If you decide to vacation, visit old friends, or must travel for work, pregnancy shouldn’t stop you from flying or driving to your destination. As long as you are having a normal pregnancy and you have gotten the OK from Dr. Tricia Shimer, travel is generally approved and safe, but there are some caveats.
When It’s Best to Travel
Most medical professionals will recommend the second trimester (14 – 27 weeks) as the best time to travel. The first three months are notorious for nausea and all manner of morning sickness. In addition, during the second trimester, common health issues or emergencies are at their lowest. After that, complications can be more of a risk.
Double Check with Dr. Tricia Shimer Before Traveling
Your physician will consider how long the flight or journey by car will take. If there is any chance of preterm delivery, they will caution you about going.
If you are flying, get up and walk the aisle whenever possible. Flex your ankles and point your toes occasionally. If traveling by car, stop for frequent bathroom breaks and to stretch at rest areas. This will promote good circulation throughout the body.
Use Common Sense
Don’t expect to do certain activities you could do before becoming pregnant. Things like scuba diving, water skiing, hot tubs, and amusement park rides are all on the risky list. Always check with Dr. Tricia Shimer when in doubt.
While we have covered several of the most commonly asked questions about travel during pregnancy, there are a few extra things to be aware of when gearing up for a trip:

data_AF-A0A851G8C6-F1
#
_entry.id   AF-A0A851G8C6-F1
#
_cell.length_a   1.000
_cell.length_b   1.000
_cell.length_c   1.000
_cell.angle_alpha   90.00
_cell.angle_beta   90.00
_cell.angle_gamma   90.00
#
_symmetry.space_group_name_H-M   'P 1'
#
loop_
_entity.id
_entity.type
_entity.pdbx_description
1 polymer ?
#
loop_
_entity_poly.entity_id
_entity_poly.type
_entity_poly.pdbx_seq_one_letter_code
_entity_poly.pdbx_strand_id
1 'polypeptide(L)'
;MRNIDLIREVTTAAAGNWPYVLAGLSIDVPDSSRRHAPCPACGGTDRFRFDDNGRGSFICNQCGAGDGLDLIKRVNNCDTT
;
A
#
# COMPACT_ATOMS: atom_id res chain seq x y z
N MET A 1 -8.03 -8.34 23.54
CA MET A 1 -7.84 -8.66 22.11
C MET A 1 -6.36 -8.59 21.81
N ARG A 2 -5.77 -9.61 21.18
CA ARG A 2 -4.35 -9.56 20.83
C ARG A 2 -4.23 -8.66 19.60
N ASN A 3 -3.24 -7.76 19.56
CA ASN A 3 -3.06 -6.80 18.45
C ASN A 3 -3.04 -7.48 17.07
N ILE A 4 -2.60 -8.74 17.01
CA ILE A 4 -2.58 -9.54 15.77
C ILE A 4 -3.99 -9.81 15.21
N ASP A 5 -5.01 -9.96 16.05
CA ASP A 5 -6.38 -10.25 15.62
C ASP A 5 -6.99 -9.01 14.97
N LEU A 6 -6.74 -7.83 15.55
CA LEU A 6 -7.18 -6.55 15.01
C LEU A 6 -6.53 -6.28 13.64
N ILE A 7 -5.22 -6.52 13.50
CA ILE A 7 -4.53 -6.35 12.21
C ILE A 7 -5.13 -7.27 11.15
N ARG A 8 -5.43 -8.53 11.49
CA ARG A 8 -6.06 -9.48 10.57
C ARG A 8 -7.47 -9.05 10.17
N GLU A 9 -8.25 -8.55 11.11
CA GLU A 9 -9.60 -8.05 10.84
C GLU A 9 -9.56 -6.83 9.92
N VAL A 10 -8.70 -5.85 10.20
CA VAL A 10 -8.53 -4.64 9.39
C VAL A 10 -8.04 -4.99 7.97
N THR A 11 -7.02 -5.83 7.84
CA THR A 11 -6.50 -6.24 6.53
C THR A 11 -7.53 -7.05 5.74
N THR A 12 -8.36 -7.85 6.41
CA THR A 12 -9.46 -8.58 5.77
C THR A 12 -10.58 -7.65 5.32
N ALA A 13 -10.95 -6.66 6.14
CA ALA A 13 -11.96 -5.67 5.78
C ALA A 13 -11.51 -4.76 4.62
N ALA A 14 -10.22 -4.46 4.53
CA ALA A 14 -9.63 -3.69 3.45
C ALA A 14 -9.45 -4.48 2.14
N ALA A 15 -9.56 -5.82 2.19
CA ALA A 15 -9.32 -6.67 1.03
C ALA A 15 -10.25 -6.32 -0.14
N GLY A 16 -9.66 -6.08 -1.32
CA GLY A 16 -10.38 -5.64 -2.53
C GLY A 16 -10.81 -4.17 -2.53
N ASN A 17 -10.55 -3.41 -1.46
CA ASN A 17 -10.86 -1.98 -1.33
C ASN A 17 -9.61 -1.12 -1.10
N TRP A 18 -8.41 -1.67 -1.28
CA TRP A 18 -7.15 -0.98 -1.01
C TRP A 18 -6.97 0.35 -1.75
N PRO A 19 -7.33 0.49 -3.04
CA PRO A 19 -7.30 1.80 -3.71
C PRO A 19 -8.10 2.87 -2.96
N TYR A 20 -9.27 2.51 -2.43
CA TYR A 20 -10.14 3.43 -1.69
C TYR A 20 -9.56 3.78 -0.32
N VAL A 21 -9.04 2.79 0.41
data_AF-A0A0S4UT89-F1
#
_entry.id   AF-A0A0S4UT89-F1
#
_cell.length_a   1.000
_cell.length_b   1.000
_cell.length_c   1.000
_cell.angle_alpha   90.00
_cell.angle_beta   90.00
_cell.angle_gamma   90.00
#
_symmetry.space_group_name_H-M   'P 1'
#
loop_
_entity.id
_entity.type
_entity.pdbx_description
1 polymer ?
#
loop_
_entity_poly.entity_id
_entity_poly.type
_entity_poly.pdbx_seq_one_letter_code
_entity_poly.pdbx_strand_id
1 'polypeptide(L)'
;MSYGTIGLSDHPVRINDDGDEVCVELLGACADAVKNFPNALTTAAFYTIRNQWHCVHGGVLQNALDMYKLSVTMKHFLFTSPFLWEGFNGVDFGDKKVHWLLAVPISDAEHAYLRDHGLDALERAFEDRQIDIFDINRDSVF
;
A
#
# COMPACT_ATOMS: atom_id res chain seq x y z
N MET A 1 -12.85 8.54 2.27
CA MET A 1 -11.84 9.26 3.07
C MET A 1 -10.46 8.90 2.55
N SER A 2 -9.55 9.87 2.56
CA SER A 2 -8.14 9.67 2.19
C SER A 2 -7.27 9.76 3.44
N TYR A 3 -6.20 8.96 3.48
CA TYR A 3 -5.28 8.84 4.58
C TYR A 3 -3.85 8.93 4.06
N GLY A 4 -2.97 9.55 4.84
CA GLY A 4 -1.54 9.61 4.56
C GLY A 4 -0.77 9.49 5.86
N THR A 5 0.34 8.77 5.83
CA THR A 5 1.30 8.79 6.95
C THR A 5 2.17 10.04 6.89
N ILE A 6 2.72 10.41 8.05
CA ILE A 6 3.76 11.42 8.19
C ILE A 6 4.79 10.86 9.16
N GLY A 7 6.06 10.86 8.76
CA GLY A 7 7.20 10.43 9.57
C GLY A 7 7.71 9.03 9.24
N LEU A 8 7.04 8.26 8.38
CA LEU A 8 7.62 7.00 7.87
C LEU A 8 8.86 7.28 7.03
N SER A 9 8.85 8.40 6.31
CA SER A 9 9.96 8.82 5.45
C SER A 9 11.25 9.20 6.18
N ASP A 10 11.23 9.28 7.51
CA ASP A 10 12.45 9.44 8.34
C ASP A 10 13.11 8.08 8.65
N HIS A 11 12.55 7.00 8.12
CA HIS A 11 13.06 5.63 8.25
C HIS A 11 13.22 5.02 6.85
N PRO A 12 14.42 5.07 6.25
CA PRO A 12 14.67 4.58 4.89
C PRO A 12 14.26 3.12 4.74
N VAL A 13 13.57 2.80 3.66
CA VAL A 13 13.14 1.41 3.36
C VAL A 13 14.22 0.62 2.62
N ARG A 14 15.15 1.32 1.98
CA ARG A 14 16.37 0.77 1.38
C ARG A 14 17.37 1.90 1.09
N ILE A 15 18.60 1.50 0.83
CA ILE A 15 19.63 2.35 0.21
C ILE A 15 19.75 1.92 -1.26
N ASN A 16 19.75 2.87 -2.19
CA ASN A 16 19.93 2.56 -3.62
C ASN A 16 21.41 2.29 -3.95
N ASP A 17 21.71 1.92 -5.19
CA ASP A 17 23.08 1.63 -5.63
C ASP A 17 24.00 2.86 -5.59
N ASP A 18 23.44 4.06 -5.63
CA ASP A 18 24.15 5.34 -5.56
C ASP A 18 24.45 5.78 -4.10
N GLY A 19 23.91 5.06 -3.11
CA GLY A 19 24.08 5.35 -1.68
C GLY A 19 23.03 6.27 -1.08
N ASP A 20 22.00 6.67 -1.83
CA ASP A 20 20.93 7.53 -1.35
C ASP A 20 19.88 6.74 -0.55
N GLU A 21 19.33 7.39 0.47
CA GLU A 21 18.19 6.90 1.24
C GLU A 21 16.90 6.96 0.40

- Be sure to buckle your seat belt whether traveling by airplane or automobile. Keep the seat belt under your abdomen.
- Drink lots of fluids while flying to stay hydrated.
- Avoid foods that will promote gas and make you uncomfortable like carbonated drinks..
- Secure a seat on the aisle so moving to the restroom will be less problematic.
- Carry healthy snacks.
- Wear compression stockings if you will be sitting for an extended time.
Compile and Bring a Medical File
In case of an emergency, it is always best to have a medical file for travel. Your allergies, medical conditions, and other pertinent information should be readily available should there be a need for immediate treatment.
Check Your Health Insurance Plan
Determine if you are prepared for an emergency while pregnant and traveling. Are you covered for a medical evacuation if you must be flown home for care? This is an important question to ask your insurance provider!
Ask for Help If You Need It
If you are feeling fatigued, get a wheelchair or electric cart to take you to baggage claim or ground transportation at an airport. Ask for help when putting a carry-on bag in the upper compartment. You are probably perfectly capable of doing it on your own, but save yourself the hassle here and avoid a potential injury.
Once you get the green light to travel, adhere to the travel warnings and tips for pregnant women, and have fun! Contact Dr. Tricia Shimer if you are planning a trip during your pregnancy, and be sure to ask plenty of questions so that you clearly understand the dos and don’ts of this process.
As always, if you have any further questions or would like to schedule an appointment, please call (469) 364-3760 today!